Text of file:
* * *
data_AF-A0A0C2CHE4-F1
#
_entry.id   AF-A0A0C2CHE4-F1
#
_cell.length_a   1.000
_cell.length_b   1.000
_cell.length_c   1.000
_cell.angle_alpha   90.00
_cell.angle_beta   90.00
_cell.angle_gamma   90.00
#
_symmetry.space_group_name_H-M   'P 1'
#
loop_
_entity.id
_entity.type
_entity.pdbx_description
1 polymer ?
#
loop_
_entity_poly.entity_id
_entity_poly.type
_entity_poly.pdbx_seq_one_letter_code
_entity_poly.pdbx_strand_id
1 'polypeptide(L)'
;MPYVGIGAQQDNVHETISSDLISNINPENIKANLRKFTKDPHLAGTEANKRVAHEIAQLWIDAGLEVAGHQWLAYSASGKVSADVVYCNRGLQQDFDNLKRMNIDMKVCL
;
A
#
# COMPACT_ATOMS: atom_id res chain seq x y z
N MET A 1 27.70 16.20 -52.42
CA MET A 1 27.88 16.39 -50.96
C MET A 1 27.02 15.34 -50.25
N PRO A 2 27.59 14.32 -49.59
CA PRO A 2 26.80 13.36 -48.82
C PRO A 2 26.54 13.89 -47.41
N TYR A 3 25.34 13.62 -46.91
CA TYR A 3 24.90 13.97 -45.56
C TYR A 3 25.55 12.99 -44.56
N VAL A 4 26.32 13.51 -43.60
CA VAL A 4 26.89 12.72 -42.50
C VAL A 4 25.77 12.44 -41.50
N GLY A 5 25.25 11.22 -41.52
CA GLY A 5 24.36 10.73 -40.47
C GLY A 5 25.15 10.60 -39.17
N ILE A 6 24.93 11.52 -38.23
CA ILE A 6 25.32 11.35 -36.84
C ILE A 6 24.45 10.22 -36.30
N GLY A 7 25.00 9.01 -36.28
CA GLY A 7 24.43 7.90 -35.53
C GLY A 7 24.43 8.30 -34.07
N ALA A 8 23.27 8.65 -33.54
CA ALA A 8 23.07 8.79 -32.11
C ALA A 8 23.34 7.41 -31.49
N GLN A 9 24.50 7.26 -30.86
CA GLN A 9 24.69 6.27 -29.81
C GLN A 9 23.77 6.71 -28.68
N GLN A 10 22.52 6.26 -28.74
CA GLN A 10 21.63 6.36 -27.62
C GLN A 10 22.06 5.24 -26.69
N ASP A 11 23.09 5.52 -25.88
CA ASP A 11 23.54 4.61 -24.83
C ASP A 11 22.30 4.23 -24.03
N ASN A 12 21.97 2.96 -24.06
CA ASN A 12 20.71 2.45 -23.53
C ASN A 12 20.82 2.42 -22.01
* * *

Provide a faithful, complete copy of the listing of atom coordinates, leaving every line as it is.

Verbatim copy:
data_AF-A0A0C2CHE4-F1
#
_entry.id   AF-A0A0C2CHE4-F1
#
_cell.length_a   1.000
_cell.length_b   1.000
_cell.length_c   1.000
_cell.angle_alpha   90.00
_cell.angle_beta   90.00
_cell.angle_gamma   90.00
#
_symmetry.space_group_name_H-M   'P 1'
#
loop_
_entity.id
_entity.type
_entity.pdbx_description
1 polymer ?
#
loop_
_entity_poly.entity_id
_entity_poly.type
_entity_poly.pdbx_seq_one_letter_code
_entity_poly.pdbx_strand_id
1 'polypeptide(L)'
;MPYVGIGAQQDNVHETISSDLISNINPENIKANLRKFTKDPHLAGTEANKRVAHEIAQLWIDAGLEVAGHQWLAYSASGKVSADVVYCNRGLQQDFDNLKRMNIDMKVCL
;
A
#
# COMPACT_ATOMS: atom_id res chain seq x y z
N MET A 1 27.70 16.20 -52.42
CA MET A 1 27.88 16.39 -50.96
C MET A 1 27.02 15.34 -50.25
N PRO A 2 27.59 14.32 -49.59
CA PRO A 2 26.80 13.36 -48.82
C PRO A 2 26.54 13.89 -47.41
N TYR A 3 25.34 13.62 -46.91
CA TYR A 3 24.90 13.97 -45.56
C TYR A 3 25.55 12.99 -44.56
N VAL A 4 26.32 13.51 -43.60
CA VAL A 4 26.89 12.72 -42.50
C VAL A 4 25.77 12.44 -41.50
N GLY A 5 25.25 11.22 -41.52
CA GLY A 5 24.36 10.73 -40.47
C GLY A 5 25.15 10.60 -39.17
N ILE A 6 24.93 11.52 -38.23
CA ILE A 6 25.32 11.35 -36.84
C ILE A 6 24.45 10.22 -36.30
N GLY A 7 25.00 9.01 -36.28
CA GLY A 7 24.43 7.90 -35.53
C GLY A 7 24.43 8.30 -34.07
N ALA A 8 23.27 8.65 -33.54
CA ALA A 8 23.07 8.79 -32.11
C ALA A 8 23.34 7.41 -31.49
N GLN A 9 24.50 7.26 -30.86
CA GLN A 9 24.69 6.27 -29.81
C GLN A 9 23.77 6.71 -28.68
N GLN A 10 22.52 6.26 -28.74
CA GLN A 10 21.63 6.36 -27.62
C GLN A 10 22.06 5.24 -26.69
N ASP A 11 23.09 5.52 -25.88
CA ASP A 11 23.54 4.61 -24.83
C ASP A 11 22.30 4.23 -24.03
N ASN A 12 21.97 2.96 -24.06
CA ASN A 12 20.71 2.45 -23.53
C ASN A 12 20.82 2.42 -22.01